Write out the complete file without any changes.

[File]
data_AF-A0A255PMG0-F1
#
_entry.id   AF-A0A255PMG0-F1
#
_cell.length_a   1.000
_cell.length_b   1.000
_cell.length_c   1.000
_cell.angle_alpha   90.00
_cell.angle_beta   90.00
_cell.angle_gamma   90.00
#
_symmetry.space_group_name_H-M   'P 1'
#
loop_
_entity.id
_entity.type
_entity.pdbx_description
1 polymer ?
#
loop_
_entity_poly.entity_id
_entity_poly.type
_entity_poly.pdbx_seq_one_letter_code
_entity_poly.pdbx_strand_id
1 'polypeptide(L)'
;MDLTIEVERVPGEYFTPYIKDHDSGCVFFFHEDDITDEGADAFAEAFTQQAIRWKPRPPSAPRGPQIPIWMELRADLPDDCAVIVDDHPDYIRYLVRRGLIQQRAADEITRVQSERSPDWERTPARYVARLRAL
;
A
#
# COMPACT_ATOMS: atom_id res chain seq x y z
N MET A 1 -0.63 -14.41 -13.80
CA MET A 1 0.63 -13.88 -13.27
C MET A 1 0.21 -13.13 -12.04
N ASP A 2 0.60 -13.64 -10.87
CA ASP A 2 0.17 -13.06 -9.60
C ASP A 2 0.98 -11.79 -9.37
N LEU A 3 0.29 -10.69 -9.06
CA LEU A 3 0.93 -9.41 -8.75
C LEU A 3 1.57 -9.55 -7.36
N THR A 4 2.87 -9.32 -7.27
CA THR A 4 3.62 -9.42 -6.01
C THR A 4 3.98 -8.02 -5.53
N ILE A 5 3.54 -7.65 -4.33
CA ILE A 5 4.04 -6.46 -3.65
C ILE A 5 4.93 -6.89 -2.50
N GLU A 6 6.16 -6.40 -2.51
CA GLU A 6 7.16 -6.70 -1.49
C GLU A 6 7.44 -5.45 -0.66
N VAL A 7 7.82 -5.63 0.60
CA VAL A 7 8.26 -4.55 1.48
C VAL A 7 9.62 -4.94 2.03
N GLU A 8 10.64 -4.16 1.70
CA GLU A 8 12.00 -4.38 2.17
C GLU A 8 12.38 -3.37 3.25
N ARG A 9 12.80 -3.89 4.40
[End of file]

data_AF-A0A255PMG0-F1
#
_entry.id   AF-A0A255PMG0-F1
#
_cell.length_a   1.000
_cell.length_b   1.000
_cell.length_c   1.000
_cell.angle_alpha   90.00
_cell.angle_beta   90.00
_cell.angle_gamma   90.00
#
_symmetry.space_group_name_H-M   'P 1'
#
loop_
_entity.id
_entity.type
_entity.pdbx_description
1 polymer ?
#
loop_
_entity_poly.entity_id
_entity_poly.type
_entity_poly.pdbx_seq_one_letter_code
_entity_poly.pdbx_strand_id
1 'polypeptide(L)'
;MDLTIEVERVPGEYFTPYIKDHDSGCVFFFHEDDITDEGADAFAEAFTQQAIRWKPRPPSAPRGPQIPIWMELRADLPDDCAVIVDDHPDYIRYLVRRGLIQQRAADEITRVQSERSPDWERTPARYVARLRAL
;
A
#
# COMPACT_ATOMS: atom_id res chain seq x y z
N MET A 1 -0.63 -14.41 -13.80
CA MET A 1 0.63 -13.88 -13.27
C MET A 1 0.21 -13.13 -12.04
N ASP A 2 0.60 -13.64 -10.87
CA ASP A 2 0.17 -13.06 -9.60
C ASP A 2 0.98 -11.79 -9.37
N LEU A 3 0.29 -10.69 -9.06
CA LEU A 3 0.93 -9.41 -8.75
C LEU A 3 1.57 -9.55 -7.36
N THR A 4 2.87 -9.32 -7.27
CA THR A 4 3.62 -9.42 -6.01
C THR A 4 3.98 -8.02 -5.53
N ILE A 5 3.54 -7.65 -4.33
CA ILE A 5 4.04 -6.46 -3.65
C ILE A 5 4.93 -6.89 -2.50
N GLU A 6 6.16 -6.40 -2.51
CA GLU A 6 7.16 -6.70 -1.49
C GLU A 6 7.44 -5.45 -0.66
N VAL A 7 7.82 -5.63 0.60
CA VAL A 7 8.26 -4.55 1.48
C VAL A 7 9.62 -4.94 2.03
N GLU A 8 10.64 -4.16 1.70
CA GLU A 8 12.00 -4.38 2.17
C GLU A 8 12.38 -3.37 3.25
N ARG A 9 12.80 -3.89 4.40